Magazines and TV shows pay a premium for creative layout and artistic direction. That’s because they work on one basic principle: perception is everything. And in this fickle marketplace called the Internet, it’s even more important. With an “empowered” audience that can turn its back anytime, a company’s website can make or break its business. These common design mistakes can put you out of business faster than you can say “retirement”:
A bad color scheme“A powerful tool or the bane of your corporate existence”
Depending on how you use it, color can be a powerful tool or the bane of your corporate existence. What works for a preschool website may not play so well for an executive bank. You want something that’s easy on the eyes, but also accurately reflects your business. If you’re fairly new and have yet to pick your colors, now’s the time.
One key difference between web and print is the way they’re read. Online readers don’t read word for word; rather, they scan the page for key phrases that catch their interest. Big blocks of text are “unscannable,” so most people just wouldn’t bother unless they’re really desperate. Keep your copy short. If you really have a lot to say, put the text across several pages or make a supplementary page.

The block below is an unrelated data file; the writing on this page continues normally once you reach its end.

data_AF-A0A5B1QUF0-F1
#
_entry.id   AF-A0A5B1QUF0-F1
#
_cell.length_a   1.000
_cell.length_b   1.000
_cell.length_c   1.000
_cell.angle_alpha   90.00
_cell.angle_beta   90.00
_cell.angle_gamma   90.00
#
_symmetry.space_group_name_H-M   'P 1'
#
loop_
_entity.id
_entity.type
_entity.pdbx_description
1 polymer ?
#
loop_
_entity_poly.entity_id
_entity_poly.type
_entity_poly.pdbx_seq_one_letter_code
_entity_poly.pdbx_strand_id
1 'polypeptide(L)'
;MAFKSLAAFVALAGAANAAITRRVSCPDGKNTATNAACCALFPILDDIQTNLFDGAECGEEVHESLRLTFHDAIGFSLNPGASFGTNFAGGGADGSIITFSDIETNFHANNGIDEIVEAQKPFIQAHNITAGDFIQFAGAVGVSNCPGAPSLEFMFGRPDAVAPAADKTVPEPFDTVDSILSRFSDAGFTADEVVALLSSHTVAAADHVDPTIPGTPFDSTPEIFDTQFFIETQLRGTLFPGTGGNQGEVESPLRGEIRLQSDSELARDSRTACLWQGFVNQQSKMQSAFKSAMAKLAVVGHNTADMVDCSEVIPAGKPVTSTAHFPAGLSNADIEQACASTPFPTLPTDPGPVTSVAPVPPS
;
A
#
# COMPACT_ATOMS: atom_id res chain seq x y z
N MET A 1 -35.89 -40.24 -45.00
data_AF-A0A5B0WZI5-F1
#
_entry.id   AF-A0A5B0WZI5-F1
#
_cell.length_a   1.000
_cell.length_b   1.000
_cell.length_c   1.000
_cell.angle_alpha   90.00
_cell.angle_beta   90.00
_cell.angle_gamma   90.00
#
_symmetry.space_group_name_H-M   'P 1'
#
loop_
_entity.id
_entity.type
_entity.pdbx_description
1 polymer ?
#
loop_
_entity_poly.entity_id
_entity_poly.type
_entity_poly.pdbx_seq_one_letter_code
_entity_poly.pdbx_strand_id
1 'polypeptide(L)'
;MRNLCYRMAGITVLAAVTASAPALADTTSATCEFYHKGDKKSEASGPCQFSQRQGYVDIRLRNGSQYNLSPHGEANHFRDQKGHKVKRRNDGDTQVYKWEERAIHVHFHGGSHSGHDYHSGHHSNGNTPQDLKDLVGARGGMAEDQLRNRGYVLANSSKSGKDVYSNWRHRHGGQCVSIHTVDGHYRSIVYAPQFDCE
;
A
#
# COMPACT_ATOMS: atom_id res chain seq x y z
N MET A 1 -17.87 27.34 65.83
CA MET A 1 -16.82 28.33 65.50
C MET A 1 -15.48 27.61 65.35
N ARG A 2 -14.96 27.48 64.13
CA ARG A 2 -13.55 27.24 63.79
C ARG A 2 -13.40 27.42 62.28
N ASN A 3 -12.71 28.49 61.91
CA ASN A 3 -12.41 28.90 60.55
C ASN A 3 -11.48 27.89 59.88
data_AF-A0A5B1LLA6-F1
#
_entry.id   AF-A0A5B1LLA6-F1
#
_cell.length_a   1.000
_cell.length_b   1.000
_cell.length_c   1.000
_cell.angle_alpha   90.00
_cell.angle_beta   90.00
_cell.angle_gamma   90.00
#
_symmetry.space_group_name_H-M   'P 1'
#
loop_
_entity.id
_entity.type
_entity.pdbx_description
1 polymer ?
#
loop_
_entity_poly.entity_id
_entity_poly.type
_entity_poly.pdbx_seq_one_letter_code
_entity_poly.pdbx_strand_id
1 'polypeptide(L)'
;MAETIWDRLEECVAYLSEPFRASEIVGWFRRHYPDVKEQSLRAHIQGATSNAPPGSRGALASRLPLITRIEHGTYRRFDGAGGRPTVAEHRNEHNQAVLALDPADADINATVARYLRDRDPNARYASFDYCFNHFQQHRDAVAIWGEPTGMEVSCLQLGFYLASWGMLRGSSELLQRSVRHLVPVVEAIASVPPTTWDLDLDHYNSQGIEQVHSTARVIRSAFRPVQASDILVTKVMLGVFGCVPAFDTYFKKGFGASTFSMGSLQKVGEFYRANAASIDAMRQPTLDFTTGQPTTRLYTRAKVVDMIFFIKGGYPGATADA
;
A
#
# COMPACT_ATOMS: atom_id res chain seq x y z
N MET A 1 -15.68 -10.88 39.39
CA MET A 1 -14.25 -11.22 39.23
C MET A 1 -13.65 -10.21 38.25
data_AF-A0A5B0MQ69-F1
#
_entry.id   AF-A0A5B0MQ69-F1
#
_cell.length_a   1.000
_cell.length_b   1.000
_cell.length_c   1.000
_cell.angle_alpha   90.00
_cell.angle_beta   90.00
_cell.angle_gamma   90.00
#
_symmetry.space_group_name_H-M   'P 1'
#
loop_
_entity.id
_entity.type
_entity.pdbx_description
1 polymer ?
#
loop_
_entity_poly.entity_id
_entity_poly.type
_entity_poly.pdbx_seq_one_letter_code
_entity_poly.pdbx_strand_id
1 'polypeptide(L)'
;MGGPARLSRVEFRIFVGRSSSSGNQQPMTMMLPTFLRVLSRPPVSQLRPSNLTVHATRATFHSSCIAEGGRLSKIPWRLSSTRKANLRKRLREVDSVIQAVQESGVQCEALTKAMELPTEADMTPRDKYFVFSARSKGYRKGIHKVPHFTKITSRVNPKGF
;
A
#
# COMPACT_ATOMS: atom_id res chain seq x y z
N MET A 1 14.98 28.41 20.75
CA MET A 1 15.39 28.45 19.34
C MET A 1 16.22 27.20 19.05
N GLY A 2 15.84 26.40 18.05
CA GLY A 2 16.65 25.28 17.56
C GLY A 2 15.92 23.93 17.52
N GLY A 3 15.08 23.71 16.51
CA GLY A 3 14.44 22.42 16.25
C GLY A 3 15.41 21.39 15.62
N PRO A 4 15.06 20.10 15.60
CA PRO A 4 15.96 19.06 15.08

Disclaimers like “Best viewed on Firefox 3.0.6” basically say “We couldn’t be bothered to do our own tests, so go fix it yourself.” Websites fare differently on every system. Before going live, run the site through a browser test—most editors have one built in, or you can use a web-based tester.
When someone loses his way in a website, he’s more likely to close the window instead of working his way out. Make it so that there’s always a link to the main page. And although many say it’s outdated, it won’t hurt to make a site map—it may not be your most popular page, but it just might get you that customer who would otherwise have clicked away.